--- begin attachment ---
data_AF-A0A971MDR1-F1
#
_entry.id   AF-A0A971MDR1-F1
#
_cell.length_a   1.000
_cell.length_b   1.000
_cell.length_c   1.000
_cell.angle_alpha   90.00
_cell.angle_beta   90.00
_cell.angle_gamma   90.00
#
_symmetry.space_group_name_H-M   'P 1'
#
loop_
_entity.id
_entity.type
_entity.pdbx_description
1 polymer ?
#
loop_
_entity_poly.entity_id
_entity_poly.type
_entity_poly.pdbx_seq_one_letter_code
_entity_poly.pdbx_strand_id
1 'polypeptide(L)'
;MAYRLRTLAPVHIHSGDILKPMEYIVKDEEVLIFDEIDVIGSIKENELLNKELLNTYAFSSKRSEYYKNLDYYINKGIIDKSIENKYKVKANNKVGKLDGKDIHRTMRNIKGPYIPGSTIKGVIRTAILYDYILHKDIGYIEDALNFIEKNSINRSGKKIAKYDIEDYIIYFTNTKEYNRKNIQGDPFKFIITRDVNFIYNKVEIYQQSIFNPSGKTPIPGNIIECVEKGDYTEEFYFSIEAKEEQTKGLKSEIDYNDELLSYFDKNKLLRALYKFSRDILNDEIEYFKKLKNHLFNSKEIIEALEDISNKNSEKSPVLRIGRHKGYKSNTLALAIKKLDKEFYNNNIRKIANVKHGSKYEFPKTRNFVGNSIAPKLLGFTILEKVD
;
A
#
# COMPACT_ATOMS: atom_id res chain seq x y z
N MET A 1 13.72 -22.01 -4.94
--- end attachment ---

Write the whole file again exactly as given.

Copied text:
data_AF-A0A971MDR1-F1
#
_entry.id   AF-A0A971MDR1-F1
#
_cell.length_a   1.000
_cell.length_b   1.000
_cell.length_c   1.000
_cell.angle_alpha   90.00
_cell.angle_beta   90.00
_cell.angle_gamma   90.00
#
_symmetry.space_group_name_H-M   'P 1'
#
loop_
_entity.id
_entity.type
_entity.pdbx_description
1 polymer ?
#
loop_
_entity_poly.entity_id
_entity_poly.type
_entity_poly.pdbx_seq_one_letter_code
_entity_poly.pdbx_strand_id
1 'polypeptide(L)'
;MAYRLRTLAPVHIHSGDILKPMEYIVKDEEVLIFDEIDVIGSIKENELLNKELLNTYAFSSKRSEYYKNLDYYINKGIIDKSIENKYKVKANNKVGKLDGKDIHRTMRNIKGPYIPGSTIKGVIRTAILYDYILHKDIGYIEDALNFIEKNSINRSGKKIAKYDIEDYIIYFTNTKEYNRKNIQGDPFKFIITRDVNFIYNKVEIYQQSIFNPSGKTPIPGNIIECVEKGDYTEEFYFSIEAKEEQTKGLKSEIDYNDELLSYFDKNKLLRALYKFSRDILNDEIEYFKKLKNHLFNSKEIIEALEDISNKNSEKSPVLRIGRHKGYKSNTLALAIKKLDKEFYNNNIRKIANVKHGSKYEFPKTRNFVGNSIAPKLLGFTILEKVD
;
A
#
# COMPACT_ATOMS: atom_id res chain seq x y z
N MET A 1 13.72 -22.01 -4.94